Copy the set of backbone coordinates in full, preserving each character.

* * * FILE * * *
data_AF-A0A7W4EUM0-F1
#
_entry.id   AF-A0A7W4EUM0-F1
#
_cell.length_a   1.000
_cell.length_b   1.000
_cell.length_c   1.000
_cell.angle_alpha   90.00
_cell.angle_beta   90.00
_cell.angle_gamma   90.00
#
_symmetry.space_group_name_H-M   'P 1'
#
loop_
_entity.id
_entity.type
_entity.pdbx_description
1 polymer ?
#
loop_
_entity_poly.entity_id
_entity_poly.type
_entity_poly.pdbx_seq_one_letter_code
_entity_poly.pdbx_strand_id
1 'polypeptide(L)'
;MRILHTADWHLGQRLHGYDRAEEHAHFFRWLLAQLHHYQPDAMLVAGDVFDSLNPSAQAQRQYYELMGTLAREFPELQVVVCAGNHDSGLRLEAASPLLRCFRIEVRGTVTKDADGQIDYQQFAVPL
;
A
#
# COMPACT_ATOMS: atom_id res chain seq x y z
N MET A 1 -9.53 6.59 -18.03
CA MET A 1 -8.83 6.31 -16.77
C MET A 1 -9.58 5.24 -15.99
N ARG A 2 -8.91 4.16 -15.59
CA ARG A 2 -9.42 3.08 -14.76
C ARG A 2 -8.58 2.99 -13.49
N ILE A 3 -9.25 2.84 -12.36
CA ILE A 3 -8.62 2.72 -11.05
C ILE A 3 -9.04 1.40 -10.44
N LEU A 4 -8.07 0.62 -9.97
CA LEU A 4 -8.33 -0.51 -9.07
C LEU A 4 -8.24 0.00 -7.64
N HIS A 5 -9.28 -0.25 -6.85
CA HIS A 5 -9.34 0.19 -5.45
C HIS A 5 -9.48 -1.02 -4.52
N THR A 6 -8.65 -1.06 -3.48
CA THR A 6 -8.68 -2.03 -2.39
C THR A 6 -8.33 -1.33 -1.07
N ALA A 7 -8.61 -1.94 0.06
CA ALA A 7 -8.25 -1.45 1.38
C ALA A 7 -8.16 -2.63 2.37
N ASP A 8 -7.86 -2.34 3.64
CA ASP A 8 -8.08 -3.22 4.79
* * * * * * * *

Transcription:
data_AF-A0A7W4EUM0-F1
#
_entry.id   AF-A0A7W4EUM0-F1
#
_cell.length_a   1.000
_cell.length_b   1.000
_cell.length_c   1.000
_cell.angle_alpha   90.00
_cell.angle_beta   90.00
_cell.angle_gamma   90.00
#
_symmetry.space_group_name_H-M   'P 1'
#
loop_
_entity.id
_entity.type
_entity.pdbx_description
1 polymer ?
#
loop_
_entity_poly.entity_id
_entity_poly.type
_entity_poly.pdbx_seq_one_letter_code
_entity_poly.pdbx_strand_id
1 'polypeptide(L)'
;MRILHTADWHLGQRLHGYDRAEEHAHFFRWLLAQLHHYQPDAMLVAGDVFDSLNPSAQAQRQYYELMGTLAREFPELQVVVCAGNHDSGLRLEAASPLLRCFRIEVRGTVTKDADGQIDYQQFAVPL
;
A
#
# COMPACT_ATOMS: atom_id res chain seq x y z
N MET A 1 -9.53 6.59 -18.03
CA MET A 1 -8.83 6.31 -16.77
C MET A 1 -9.58 5.24 -15.99
N ARG A 2 -8.91 4.16 -15.59
CA ARG A 2 -9.42 3.08 -14.76
C ARG A 2 -8.58 2.99 -13.49
N ILE A 3 -9.25 2.84 -12.36
CA ILE A 3 -8.62 2.72 -11.05
C ILE A 3 -9.04 1.40 -10.44
N LEU A 4 -8.07 0.62 -9.97
CA LEU A 4 -8.33 -0.51 -9.07
C LEU A 4 -8.24 0.00 -7.64
N HIS A 5 -9.28 -0.25 -6.85
CA HIS A 5 -9.34 0.19 -5.45
C HIS A 5 -9.48 -1.02 -4.52
N THR A 6 -8.65 -1.06 -3.48
CA THR A 6 -8.68 -2.03 -2.39
C THR A 6 -8.33 -1.33 -1.07
N ALA A 7 -8.61 -1.94 0.06
CA ALA A 7 -8.25 -1.45 1.38
C ALA A 7 -8.16 -2.63 2.37
N ASP A 8 -7.86 -2.34 3.64
CA ASP A 8 -8.08 -3.22 4.79